Using the number of books I actually annotated, I read 94 titles this year, 72 fiction and 22 nonfiction. Most years, somewhere between a third and half of my reads are nonfiction, so I read less in the realm of reality this year. My guess is I read about 30 books that did not get added to my list, so this year’s total of somewhere in the neighborhood of 125 books is pretty insane. Why so many? I have a theory. In December of 2014, my sixteen-year-old daughter passed away, and I went into a bit of a reading slump. Instead of my usual fare of literary fiction and pretty solid nonfiction, I read a ton of chick lit, and it is far easier to knock out one of those books in a day or two than it is for my usual reading material.

#1 in Fiction (2015)
2015 was also unusual in its very low number of pages read—9,086 in 27 print books—and very high number of hours—764 in 67 audiobooks. Since my patterns of when I read and listened remained the same, I really have no theories as to why. Challenges are another area in which 2015 was abnormal. While it is not unusual for me not to complete challenges, most years I come close; not so in 2015. I set very ambitious challenges hoping that it would give me something to focus on as I grieved the loss of my girl. The reality was that because I both read outside my usual genre and did not maintain my record keeping, my performance in my challenges was pretty abysmal.

Despite a lot of three star reads, I did manage to put together a pretty strong group of books for my annual Top Ten. Remember, these are books I read in 2015, not books published in that year. If a review was done for the book, you can click on the title to be linked to it.:


Bohemian Gospel by Dana Chamblee Carpenter
Doc: A Novel by Maria Doria Russell
The Bonfire of the Vanities by Tom Wolfe
All the Light We Cannot See by Anthony Doerr
The Girl on the Train by Paula Hawkins


In the Kingdom of Ice by Hampton Sides
Wide-Open World by John Marshall
The Hot Zone by Richard Preston
Poisons by Peter MacInnis

In as few words as possible, here is why they made the cut:

Fiction (five stars):

Bohemian Gospel: Strongest novel I have read in forever; originality; deep characters; great setting; tight plotting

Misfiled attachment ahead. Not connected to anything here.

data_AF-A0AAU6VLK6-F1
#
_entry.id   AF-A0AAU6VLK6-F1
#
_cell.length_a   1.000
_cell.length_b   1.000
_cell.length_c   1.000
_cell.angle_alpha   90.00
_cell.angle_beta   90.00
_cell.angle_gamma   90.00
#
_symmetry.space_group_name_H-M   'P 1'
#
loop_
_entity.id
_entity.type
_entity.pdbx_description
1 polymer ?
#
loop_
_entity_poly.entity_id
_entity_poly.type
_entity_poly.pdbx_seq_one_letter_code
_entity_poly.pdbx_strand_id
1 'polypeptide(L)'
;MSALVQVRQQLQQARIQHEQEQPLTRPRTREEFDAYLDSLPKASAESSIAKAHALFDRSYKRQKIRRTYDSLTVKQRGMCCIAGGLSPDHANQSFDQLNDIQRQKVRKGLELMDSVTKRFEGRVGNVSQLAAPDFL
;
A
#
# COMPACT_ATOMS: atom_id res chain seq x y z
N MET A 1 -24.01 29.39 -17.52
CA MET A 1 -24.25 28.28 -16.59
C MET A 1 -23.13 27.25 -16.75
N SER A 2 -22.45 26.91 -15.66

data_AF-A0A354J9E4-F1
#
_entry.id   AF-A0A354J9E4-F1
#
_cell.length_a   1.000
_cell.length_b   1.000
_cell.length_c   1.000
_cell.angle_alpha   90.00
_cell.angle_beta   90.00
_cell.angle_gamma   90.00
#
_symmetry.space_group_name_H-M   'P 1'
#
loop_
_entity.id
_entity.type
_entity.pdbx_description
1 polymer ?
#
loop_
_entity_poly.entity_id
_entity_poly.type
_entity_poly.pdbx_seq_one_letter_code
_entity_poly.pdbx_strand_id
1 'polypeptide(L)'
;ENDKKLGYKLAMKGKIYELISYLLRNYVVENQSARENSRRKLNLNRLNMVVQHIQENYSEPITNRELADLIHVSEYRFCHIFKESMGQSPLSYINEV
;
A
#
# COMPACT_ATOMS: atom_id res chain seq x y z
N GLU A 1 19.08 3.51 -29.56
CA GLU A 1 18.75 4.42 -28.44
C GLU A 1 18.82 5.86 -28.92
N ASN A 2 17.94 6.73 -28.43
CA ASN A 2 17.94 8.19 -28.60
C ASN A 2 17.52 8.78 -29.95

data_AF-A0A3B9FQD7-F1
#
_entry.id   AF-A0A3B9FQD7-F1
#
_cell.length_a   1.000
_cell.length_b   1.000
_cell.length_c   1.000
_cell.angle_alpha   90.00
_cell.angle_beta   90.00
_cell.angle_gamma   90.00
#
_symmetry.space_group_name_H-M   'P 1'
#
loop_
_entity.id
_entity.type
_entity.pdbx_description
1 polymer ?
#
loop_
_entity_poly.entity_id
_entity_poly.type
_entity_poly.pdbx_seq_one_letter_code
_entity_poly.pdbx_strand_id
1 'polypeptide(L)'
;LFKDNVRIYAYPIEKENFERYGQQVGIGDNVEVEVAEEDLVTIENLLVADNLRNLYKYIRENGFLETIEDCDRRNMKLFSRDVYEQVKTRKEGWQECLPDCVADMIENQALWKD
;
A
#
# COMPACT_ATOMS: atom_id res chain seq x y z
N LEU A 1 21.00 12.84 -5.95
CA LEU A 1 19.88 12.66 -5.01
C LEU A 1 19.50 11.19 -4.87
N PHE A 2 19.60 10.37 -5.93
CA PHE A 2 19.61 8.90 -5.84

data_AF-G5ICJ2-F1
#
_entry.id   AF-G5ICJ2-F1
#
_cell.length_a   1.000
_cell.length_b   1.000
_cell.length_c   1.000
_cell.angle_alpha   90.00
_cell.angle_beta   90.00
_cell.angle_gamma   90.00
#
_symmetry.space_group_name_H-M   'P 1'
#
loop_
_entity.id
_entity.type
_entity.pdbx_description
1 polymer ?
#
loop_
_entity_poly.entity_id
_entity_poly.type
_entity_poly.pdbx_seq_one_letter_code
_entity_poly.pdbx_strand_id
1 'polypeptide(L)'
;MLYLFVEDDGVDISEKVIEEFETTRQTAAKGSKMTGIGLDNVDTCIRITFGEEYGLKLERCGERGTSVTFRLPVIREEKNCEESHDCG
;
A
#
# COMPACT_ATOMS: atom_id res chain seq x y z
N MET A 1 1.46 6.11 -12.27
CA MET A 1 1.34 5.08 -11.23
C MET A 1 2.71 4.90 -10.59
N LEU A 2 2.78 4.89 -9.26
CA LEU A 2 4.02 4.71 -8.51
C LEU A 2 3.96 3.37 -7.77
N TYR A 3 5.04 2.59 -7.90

The Supremes at Earl’s All-You-Can-Eat: Dead people, live people, all kinds of crazy people living life in small town America; what more could you ask for?

Doc: A Novel: great package of plot and setting, but it was absolutely the characters that brought this one to life; cannot believe it took me so long to read it!

The Bonfire of the Vanities: Wonderful look at human nature and how society acts upon people and people upon it; no, it won’t be your easiest read of the year, but it will be one of the ones that will stick with you the longest

Fiction (four and 1/2 stars):

All the Light We Cannot See: This book just sings. Wonderful writing spinning an unforgettable tale of merging plot lines

The Girl on the Train: I don’t read very many suspense novels, but so glad I grabbed this one, as the plot kept surprising me right to the end (most don’t).

Nonfiction (five stars):

In the Kingdom of Ice: My favorite narrative nonfiction writer. Not as good as Ghost Soldiers, but still has characters you tuck away in your heart and a fascinating tale.

Nonfiction (four and 1/2 stars):

Wide-Open World: Great nonfiction escapism! The author’s openness and honesty make this far more than a travel memoir.

The Hot Zone: Yipes! Love Preston! If you want a true-life thriller, this is it!

Poisons: This book is an editorial mess, jumping from topic to topic from one paragraph to the next, but the content is so unfailingly fascinating that you happily roll with it! Even when it delves into chemistry, it is perfectly lucid.

And the sad disappointment:

A common question among readers is always what book was your biggest disappointment, the book that just didn’t live up to the hype. For me that book was Kristin Hannah’s much lauded The Nightingale. The book did squeeze three stars out of me, despite my inclination to give it two, because I liked the two main characters and the premise was good. Unfortunately, the book was a hot mess in two critical ways: the writing mechanics were awful and nobody should be writing historical fiction if they are so utterly incompetent with regards to historical research. What problem did I have with the mechanics? This novel was literally a textbook case of telling not showing. I actually used passages from it in our homeschool—as examples of what not to do—and my kids did her rewrites for her. As far as historical accuracy? Let’s just say it got to be a bit of a hobby picking out all the anachronisms that Ms. Hannah (or her editor) ought to have caught. I know many people loved the novel, but it was a massive miss for me.

I wish all of you happy reading in 2016. Perhaps we will experience a few of the same books and exchange a thought or two in the year to come. As an avid reader, nothing beats thinking through the upcoming months and wondering what bits of knowledge and enjoyment will leap from the pages into my memory and my heart.